Artists Submit Design Changes to MLK Memorial Sculpture Deemed Confrontational

Artists working on a Martin Luther King Jr. Memorial submitted changes Thursday to address concerns that a proposed rendering made him look confrontational and like a socialist leader.

Changes to the 28-foot "Stone of Hope" sculpture were requested by the U.S. Commission of Fine Arts, a federal panel that helps oversee monuments and memorials on the National Mall.

The commission didn't vote, but members indicated they would approve the changes.

"This is how people are going to remember (King)," said commission vice chairman Pamela Nelson. "It's critical to his legacy for ages to come. That's why we're so careful."

Ed Jackson Jr., the project's executive architect, said designers softened King's face slightly at the brow and the mouth. The updated design maintains King's look of consternation but turns his mouth up slightly to resemble the hint of a smile.

"Whether it is a concerned look or a much more pleasant face, what's most important though, to us, is you've got to capture this," Jackson said, motioning to a photograph showing determination in King's eyes.

Officials with the King memorial foundation refused to release a photograph showing the facial changes.

The revised design depicts King's upper body emerging from "The Stone of Hope" with rocky granite covering most of his legs to help emphasize King's emergence as a symbol of hope, Jackson said. The quote inscribed on the centerpiece will read "Out of a mountain of despair, a stone of hope."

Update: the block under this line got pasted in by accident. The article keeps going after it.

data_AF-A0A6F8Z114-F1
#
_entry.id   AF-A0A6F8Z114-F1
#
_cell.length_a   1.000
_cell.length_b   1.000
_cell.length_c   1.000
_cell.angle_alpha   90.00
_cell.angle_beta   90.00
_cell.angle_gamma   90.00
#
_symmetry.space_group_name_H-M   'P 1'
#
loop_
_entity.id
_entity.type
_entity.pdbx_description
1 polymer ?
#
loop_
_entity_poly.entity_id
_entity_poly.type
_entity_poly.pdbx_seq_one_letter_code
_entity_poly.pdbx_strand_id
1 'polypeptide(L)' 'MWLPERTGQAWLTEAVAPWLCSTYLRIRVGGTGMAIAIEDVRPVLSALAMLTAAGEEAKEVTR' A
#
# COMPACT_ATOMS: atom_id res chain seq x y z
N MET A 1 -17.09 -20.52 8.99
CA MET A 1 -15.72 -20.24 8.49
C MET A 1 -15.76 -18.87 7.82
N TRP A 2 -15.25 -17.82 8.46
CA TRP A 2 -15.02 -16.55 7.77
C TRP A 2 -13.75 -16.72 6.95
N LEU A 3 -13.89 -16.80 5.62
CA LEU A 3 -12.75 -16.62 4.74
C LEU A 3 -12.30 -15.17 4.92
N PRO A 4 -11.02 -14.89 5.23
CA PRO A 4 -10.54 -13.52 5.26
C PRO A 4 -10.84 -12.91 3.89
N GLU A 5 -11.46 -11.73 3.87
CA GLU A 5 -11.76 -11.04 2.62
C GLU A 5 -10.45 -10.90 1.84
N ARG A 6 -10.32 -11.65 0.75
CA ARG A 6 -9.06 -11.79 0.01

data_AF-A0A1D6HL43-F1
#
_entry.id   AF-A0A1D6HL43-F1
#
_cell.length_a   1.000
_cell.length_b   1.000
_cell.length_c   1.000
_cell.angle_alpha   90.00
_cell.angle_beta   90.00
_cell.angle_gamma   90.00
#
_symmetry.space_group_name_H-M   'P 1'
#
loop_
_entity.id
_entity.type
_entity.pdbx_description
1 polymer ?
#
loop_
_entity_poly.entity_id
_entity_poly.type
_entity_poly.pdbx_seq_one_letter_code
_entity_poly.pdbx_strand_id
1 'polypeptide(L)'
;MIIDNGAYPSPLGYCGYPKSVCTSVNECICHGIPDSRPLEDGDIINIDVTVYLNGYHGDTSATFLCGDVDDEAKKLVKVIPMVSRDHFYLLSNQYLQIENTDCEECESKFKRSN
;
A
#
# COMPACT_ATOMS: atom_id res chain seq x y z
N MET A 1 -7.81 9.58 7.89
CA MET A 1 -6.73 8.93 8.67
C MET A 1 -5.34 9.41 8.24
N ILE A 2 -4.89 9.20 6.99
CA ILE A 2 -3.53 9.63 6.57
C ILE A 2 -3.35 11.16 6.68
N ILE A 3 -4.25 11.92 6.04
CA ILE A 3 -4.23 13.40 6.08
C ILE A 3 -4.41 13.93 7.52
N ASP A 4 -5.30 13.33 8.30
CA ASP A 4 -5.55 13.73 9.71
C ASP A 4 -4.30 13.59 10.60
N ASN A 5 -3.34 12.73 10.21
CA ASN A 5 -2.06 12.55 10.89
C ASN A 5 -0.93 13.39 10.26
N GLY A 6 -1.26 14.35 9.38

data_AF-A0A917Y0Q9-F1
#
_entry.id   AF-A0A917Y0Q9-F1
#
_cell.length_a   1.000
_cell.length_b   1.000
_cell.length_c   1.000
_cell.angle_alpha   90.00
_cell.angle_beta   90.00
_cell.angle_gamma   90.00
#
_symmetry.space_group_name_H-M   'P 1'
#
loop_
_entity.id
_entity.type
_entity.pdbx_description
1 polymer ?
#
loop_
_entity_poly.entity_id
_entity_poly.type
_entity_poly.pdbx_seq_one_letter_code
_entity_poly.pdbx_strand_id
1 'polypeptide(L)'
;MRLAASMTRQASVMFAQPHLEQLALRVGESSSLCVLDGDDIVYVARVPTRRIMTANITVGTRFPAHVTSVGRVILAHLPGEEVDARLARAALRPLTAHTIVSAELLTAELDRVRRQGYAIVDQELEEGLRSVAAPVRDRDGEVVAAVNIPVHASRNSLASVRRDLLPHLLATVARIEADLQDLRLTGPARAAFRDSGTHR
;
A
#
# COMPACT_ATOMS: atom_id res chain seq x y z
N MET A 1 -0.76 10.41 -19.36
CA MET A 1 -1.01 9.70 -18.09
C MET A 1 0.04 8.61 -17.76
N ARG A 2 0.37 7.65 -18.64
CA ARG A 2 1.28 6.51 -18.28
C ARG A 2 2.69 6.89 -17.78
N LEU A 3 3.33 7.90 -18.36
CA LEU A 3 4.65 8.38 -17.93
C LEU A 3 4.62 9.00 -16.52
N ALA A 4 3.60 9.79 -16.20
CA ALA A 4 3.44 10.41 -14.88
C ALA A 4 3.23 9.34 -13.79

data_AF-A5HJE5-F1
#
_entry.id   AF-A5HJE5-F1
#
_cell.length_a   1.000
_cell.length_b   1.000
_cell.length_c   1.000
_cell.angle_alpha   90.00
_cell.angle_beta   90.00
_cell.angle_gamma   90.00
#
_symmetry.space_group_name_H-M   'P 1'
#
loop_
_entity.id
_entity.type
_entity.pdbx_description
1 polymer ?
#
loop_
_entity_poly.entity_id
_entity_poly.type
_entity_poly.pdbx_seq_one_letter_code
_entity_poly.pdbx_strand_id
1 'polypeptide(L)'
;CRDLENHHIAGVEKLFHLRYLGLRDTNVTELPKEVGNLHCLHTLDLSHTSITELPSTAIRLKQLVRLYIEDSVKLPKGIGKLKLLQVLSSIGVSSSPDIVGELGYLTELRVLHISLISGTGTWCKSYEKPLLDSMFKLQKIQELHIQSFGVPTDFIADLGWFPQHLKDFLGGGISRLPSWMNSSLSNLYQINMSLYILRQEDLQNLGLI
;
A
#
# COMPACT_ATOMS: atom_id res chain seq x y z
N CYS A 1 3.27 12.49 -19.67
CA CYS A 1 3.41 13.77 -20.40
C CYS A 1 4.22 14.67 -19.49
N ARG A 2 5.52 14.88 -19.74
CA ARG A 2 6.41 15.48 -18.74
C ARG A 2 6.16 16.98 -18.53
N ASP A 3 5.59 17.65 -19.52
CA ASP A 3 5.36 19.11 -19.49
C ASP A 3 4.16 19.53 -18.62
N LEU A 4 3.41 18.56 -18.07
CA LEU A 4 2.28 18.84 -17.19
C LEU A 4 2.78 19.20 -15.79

King's arms remain firmly crossed in the sculpture.

"This is the most talked about aspect of the memorial — whether or not Dr. King would stand with his arms folded," Jackson said. "We felt that this image of Dr. King was visually positive, representing him as someone who was self-contained, calm, introspective, confident and determined."

The critique of the King statue follows criticism last year over the selection of Chinese sculptor Lei Yixin to carve its central element. Critics said the sculptor should be black, or at least American, and that King would have been appalled by China's poor record on human rights.

Harry Johnson, president of the foundation overseeing the project, said the design is still a work in progress until final approval from regulators in Washington.

Fundraising for the memorial stands at $94.8 million of the $100 million goal, though Johnson said the foundation will announce a higher goal in coming weeks.

At a dinner scheduled for Thursday night in Atlanta, the foundation was to announce a $1 million gift from Nationwide Mutual Insurance Co., $250,000 from CVS Caremark Corp., the nation's largest pharmacy chain, and $1.8 million from other donors.

The King memorial would be the first major tribute to the 1964 Nobel Peace Prize winner outside Atlanta, where he was born in 1929. It is to be built on the banks of the Tidal Basin, between the Jefferson and Lincoln memorials.

Organizers said they hope to complete the memorial by spring 2010, pushed back from earlier estimates for a 2009 opening.

The memorial will feature a granite carving, a raised walkway and King's celebrated quotes engraved in stone walls. The statue of King will be the largest on the Mall.